Cigarette in one hand, venti coffee in the other, Levana Gavriel clamped a cell- phone between her shoulder and her ear.
“Yes, I’m leaving,” she said in Hebrew to her friend on the other end. “I’m giving up.”
On a chilly winter morning, the Israeli ex-pat who made Los Angeles her home for the past six years sat bundled in a thick jacket at a Starbucks in Valley Village. Several days earlier, she had packed up all her belongings, vacated her apartment in Tarzana and moved in temporarily with her eldest son. After six years in the States, Gavriel, 53, had just bought a one-way ticket back to Israel.
The current economic crisis wiped her out, she said, leaving her no other choice than to return home — a decision thousands of Israelis in Los Angeles are now facing. According to the Immigrant Absorption Ministry in Israel, the number of Israelis returning has spiked by 58 percent from the same time last year. The ministry estimates that more than 9,000 citizens returned in 2008, compared to approximately 5,000 in 2007.
“A week ago, I had hope,” said the divorced mother of three grown children, one of whom is also moving back to Israel this month. “I had a feeling that something would pop up. Now, I have no hope. I am completely hopeless.”
For the past couple of years, Gavriel was earning a solid living as a property manager in Los Angeles. She handled the maintenance, administrative tasks and rent collection of various apartment complexes, and at one point was a supervisor for 600 apartment units. Then, an attempt to start her own property management company failed, and job opportunities began to dry up as the economy took a downturn.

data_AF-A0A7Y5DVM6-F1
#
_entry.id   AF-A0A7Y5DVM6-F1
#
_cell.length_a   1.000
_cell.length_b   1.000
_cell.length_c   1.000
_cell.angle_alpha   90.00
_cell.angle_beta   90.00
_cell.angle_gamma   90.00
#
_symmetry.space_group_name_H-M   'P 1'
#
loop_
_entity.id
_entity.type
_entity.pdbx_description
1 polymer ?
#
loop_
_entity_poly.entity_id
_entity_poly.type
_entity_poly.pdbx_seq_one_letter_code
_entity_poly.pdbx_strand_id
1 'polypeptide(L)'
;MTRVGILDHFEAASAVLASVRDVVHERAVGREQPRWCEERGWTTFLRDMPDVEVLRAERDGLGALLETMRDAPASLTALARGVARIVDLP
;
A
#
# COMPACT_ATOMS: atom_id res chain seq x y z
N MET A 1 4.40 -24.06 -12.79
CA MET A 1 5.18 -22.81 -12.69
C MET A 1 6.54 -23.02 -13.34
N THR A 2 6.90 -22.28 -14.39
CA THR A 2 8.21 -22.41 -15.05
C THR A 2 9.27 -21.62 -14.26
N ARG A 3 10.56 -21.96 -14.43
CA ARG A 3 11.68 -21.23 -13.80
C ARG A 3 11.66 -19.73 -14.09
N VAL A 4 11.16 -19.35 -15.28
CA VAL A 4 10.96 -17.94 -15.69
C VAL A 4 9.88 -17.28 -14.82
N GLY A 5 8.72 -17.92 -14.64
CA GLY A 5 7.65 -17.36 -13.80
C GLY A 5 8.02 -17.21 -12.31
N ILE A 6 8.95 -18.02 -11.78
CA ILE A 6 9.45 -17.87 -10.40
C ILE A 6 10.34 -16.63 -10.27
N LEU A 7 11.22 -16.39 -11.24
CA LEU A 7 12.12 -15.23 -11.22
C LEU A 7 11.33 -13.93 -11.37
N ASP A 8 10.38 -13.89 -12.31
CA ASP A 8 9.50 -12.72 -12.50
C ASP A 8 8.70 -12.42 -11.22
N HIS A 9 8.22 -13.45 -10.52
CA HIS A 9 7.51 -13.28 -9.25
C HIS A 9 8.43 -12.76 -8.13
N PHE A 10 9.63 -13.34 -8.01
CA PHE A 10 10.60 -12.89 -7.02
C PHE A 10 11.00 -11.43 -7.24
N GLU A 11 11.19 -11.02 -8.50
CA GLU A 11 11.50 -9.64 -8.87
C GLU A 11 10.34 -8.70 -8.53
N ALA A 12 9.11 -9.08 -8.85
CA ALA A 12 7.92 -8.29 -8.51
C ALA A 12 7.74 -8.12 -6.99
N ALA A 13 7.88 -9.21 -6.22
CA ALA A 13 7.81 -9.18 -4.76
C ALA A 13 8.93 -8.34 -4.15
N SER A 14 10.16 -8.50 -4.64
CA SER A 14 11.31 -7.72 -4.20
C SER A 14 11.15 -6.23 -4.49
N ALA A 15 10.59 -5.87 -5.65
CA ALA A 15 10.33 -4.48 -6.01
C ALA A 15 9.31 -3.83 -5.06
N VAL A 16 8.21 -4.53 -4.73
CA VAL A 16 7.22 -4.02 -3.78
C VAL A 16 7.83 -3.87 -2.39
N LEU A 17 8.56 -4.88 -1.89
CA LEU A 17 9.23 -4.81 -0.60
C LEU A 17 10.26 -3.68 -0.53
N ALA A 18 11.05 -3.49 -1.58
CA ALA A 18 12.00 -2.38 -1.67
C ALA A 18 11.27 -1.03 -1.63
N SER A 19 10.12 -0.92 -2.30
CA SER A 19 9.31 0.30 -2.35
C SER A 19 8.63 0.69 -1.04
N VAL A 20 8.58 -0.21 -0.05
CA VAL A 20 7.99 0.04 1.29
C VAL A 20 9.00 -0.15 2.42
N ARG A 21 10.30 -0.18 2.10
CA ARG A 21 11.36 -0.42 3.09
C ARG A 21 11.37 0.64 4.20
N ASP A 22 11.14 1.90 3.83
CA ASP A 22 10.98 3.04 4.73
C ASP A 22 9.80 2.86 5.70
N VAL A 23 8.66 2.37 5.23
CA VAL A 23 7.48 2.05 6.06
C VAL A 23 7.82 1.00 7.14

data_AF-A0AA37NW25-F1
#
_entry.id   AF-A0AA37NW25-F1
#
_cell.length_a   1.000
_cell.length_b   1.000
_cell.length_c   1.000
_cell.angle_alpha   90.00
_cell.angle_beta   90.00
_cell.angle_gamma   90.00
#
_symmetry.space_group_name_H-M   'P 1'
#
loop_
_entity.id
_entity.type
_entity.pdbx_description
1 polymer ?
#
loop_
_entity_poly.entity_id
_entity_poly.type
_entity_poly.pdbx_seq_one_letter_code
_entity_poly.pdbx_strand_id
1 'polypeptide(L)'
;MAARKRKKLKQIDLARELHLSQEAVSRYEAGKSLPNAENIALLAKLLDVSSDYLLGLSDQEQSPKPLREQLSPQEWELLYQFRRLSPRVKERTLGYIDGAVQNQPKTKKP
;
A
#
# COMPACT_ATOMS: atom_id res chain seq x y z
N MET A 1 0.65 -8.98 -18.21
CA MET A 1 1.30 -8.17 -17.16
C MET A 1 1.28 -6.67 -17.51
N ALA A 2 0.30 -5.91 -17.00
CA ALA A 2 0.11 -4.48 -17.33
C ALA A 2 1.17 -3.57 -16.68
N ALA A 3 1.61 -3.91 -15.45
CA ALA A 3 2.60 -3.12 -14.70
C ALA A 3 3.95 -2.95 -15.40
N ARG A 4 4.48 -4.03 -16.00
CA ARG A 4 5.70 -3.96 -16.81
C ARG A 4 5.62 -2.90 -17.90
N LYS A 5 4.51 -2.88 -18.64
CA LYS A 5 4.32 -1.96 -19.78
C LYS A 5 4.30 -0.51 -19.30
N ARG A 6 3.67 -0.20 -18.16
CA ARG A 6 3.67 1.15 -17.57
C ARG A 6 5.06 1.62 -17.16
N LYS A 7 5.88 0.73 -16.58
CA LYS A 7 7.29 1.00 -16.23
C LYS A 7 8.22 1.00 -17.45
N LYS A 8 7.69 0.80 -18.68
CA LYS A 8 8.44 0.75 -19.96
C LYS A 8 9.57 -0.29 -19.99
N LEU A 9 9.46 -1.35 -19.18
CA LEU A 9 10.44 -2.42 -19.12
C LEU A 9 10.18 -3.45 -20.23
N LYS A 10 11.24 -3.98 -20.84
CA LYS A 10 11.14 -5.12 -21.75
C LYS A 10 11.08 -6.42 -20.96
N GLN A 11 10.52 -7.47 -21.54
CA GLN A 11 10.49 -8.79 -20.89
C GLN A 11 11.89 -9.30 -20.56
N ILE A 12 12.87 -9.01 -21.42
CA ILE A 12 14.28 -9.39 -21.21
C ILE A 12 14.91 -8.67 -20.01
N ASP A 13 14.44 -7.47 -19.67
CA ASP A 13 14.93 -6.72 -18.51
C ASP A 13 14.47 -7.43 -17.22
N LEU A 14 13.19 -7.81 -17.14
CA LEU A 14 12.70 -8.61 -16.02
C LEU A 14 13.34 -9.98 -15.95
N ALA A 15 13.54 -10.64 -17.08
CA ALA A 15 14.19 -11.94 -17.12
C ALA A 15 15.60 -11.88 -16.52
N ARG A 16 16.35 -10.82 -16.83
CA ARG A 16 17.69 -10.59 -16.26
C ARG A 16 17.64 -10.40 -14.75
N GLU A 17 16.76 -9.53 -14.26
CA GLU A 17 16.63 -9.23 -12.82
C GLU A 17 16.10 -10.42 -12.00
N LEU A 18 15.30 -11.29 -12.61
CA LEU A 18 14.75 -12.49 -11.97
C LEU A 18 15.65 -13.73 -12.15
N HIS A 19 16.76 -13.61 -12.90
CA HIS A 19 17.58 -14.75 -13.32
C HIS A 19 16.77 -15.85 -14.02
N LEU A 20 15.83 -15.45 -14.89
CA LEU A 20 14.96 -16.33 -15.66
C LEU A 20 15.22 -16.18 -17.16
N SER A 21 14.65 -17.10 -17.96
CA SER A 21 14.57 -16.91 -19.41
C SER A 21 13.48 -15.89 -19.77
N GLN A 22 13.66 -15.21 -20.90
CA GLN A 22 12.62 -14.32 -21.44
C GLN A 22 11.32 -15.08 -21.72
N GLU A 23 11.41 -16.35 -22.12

A friend offered her a job managing a building in Dallas, and, eager for work, she moved to Texas. But, without any family or friends and a much smaller Israeli community there, the loneliness was too terrible to bear, and after only a few months she returned to Los Angeles.
Gavriel said she reached out to all her contacts and used every resource she could think of. A member of Moadon Israeli, a social organization for Israelis in Los Angeles, she had built up a strong network of friends and business associates. Still, the 400 resumés she sent out failed to generate a single job lead.
Recently, Gavriel took a job cleaning an apartment complex in Reseda. That’s when the extent of her downfall hit her.
“I thought to myself — with all my degrees and experience owning my own businesses, this is what I’ve been reduced to?” she said. “I didn’t come to America to clean buildings. The next day I called my son and told him I’m going back home.”
Within the past three or four months, the Israeli Consulate has seen a dramatic increase in calls from Israelis desperate to return home immediately.
“We’ve received a tsunami of calls,” said Israeli Consul General Yaakov Dayan, who reported that some callers are looking to expedite the required paperwork, while others are requesting economic assistance for their way back — the most desperate are pleading for help in buying plane tickets.